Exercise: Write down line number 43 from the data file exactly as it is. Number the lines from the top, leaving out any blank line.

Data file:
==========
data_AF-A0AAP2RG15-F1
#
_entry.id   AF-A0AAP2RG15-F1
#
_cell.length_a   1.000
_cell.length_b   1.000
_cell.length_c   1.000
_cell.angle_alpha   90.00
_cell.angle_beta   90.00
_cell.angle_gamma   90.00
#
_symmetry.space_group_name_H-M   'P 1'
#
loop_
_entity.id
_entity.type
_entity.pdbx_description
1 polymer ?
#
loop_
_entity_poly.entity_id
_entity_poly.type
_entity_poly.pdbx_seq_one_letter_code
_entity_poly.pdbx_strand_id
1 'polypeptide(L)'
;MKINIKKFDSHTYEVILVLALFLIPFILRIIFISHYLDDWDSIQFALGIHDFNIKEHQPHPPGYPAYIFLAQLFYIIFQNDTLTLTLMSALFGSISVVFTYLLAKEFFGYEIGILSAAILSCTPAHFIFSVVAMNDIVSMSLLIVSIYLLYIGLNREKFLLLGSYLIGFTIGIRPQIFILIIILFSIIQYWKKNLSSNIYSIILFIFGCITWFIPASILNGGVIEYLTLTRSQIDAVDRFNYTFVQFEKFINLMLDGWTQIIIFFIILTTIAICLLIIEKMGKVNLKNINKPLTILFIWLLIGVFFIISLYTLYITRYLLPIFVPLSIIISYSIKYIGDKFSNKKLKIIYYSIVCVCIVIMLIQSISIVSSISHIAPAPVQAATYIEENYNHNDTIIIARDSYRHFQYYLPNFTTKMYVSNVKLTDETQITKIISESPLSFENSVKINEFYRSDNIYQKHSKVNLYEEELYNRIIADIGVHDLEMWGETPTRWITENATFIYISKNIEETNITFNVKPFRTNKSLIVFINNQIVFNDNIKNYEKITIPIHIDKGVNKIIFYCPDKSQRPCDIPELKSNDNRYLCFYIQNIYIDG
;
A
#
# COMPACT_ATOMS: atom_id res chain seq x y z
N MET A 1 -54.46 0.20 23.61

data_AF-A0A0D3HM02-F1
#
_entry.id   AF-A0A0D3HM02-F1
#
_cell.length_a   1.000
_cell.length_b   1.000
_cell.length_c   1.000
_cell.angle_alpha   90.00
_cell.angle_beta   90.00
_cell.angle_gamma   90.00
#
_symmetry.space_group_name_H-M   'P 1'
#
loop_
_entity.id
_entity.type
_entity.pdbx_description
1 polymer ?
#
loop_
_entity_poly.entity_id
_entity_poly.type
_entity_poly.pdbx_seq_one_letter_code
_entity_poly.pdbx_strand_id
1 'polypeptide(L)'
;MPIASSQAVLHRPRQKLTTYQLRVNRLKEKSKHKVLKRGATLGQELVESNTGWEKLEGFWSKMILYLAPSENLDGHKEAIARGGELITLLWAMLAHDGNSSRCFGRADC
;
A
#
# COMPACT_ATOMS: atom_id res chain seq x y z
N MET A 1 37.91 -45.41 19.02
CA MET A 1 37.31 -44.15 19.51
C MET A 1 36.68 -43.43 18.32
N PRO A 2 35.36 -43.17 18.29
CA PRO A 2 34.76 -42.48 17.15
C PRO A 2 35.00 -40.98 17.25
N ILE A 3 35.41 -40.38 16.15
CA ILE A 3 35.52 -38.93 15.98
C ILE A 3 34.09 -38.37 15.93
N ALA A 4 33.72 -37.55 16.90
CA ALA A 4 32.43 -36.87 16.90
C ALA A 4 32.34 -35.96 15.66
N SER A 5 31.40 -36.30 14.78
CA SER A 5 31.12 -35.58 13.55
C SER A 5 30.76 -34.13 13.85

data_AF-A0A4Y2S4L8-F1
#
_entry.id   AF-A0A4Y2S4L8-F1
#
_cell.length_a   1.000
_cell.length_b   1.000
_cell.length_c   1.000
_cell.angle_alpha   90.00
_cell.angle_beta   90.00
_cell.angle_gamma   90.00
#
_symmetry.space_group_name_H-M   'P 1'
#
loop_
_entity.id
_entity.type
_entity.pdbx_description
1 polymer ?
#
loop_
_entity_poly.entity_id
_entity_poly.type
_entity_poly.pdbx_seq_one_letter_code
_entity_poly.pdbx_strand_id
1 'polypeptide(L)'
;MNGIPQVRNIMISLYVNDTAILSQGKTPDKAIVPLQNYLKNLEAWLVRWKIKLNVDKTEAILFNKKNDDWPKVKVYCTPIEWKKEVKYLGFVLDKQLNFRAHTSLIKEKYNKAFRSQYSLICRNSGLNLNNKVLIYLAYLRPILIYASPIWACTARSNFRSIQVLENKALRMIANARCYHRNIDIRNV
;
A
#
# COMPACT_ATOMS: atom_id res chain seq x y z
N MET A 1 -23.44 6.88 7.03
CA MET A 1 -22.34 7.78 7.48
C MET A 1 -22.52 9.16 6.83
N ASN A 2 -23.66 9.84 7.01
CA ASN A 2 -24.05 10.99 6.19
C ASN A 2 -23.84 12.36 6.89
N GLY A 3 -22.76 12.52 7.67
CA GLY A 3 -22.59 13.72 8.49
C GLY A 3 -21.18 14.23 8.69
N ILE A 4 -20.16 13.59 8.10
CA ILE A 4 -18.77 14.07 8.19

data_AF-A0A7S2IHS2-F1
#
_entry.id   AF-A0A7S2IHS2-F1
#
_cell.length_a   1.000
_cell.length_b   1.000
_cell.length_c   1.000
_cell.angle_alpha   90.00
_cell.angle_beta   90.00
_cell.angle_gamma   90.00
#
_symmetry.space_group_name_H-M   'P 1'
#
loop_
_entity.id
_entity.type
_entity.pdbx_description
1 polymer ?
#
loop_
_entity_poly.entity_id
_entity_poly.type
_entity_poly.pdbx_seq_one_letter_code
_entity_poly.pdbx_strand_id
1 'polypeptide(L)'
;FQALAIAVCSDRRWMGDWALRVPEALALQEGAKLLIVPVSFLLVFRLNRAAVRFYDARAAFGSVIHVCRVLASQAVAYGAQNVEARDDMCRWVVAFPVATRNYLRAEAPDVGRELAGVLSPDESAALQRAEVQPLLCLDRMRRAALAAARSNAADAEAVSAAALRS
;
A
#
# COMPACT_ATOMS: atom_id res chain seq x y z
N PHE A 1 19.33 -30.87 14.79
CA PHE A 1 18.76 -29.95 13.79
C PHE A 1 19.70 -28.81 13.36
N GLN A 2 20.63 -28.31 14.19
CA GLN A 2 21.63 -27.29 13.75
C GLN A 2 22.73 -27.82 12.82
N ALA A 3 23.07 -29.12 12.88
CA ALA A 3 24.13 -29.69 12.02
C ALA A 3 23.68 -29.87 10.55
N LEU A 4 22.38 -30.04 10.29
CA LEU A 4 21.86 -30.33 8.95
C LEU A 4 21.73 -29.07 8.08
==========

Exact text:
_symmetry.space_group_name_H-M   'P 1'